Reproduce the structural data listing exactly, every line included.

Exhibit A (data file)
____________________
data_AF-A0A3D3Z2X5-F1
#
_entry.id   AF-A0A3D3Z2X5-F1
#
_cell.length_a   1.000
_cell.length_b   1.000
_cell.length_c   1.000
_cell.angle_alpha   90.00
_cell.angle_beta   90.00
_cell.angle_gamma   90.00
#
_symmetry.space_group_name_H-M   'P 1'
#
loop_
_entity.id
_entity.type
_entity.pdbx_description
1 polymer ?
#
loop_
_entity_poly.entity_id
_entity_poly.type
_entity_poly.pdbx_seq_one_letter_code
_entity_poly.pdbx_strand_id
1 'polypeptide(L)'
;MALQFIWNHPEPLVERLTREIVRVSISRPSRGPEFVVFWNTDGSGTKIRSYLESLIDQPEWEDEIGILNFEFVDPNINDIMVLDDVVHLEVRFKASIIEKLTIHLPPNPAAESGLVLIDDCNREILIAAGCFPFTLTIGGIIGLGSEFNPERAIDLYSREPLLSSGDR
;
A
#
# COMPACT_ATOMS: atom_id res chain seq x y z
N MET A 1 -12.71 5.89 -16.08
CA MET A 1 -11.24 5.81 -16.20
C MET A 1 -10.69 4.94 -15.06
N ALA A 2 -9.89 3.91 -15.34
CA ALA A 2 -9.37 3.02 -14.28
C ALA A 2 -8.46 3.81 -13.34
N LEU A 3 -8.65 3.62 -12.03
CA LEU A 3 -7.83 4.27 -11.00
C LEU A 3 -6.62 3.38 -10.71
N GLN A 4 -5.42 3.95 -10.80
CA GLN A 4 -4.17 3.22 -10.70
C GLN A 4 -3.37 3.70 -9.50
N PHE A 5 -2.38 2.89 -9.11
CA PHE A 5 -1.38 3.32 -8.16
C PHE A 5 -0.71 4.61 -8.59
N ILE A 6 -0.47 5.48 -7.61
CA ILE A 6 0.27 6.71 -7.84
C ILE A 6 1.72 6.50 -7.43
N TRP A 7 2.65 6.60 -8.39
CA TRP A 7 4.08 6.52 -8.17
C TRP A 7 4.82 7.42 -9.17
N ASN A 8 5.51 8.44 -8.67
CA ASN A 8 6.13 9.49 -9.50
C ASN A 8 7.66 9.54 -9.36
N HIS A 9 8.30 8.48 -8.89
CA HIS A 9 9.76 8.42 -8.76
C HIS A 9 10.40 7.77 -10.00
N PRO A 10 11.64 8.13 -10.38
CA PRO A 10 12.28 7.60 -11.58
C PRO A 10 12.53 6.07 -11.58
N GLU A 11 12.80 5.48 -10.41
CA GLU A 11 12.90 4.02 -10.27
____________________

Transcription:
data_AF-A0A3D3Z2X5-F1
#
_entry.id   AF-A0A3D3Z2X5-F1
#
_cell.length_a   1.000
_cell.length_b   1.000
_cell.length_c   1.000
_cell.angle_alpha   90.00
_cell.angle_beta   90.00
_cell.angle_gamma   90.00
#
_symmetry.space_group_name_H-M   'P 1'
#
loop_
_entity.id
_entity.type
_entity.pdbx_description
1 polymer ?
#
loop_
_entity_poly.entity_id
_entity_poly.type
_entity_poly.pdbx_seq_one_letter_code
_entity_poly.pdbx_strand_id
1 'polypeptide(L)'
;MALQFIWNHPEPLVERLTREIVRVSISRPSRGPEFVVFWNTDGSGTKIRSYLESLIDQPEWEDEIGILNFEFVDPNINDIMVLDDVVHLEVRFKASIIEKLTIHLPPNPAAESGLVLIDDCNREILIAAGCFPFTLTIGGIIGLGSEFNPERAIDLYSREPLLSSGDR
;
A
#
# COMPACT_ATOMS: atom_id res chain seq x y z
N MET A 1 -12.71 5.89 -16.08
CA MET A 1 -11.24 5.81 -16.20
C MET A 1 -10.69 4.94 -15.06
N ALA A 2 -9.89 3.91 -15.34
CA ALA A 2 -9.37 3.02 -14.28
C ALA A 2 -8.46 3.81 -13.34
N LEU A 3 -8.65 3.62 -12.03
CA LEU A 3 -7.83 4.27 -11.00
C LEU A 3 -6.62 3.38 -10.71
N GLN A 4 -5.42 3.95 -10.80
CA GLN A 4 -4.17 3.22 -10.70
C GLN A 4 -3.37 3.70 -9.50
N PHE A 5 -2.38 2.89 -9.11
CA PHE A 5 -1.38 3.32 -8.16
C PHE A 5 -0.71 4.61 -8.59
N ILE A 6 -0.47 5.48 -7.61
CA ILE A 6 0.27 6.71 -7.84
C ILE A 6 1.72 6.50 -7.43
N TRP A 7 2.65 6.60 -8.39
CA TRP A 7 4.08 6.52 -8.17
C TRP A 7 4.82 7.42 -9.17
N ASN A 8 5.51 8.44 -8.67
CA ASN A 8 6.13 9.49 -9.50
C ASN A 8 7.66 9.54 -9.36
N HIS A 9 8.30 8.48 -8.89
CA HIS A 9 9.76 8.42 -8.76
C HIS A 9 10.40 7.77 -10.00
N PRO A 10 11.64 8.13 -10.38
CA PRO A 10 12.28 7.60 -11.58
C PRO A 10 12.53 6.07 -11.58
N GLU A 11 12.80 5.48 -10.41
CA GLU A 11 12.90 4.02 -10.27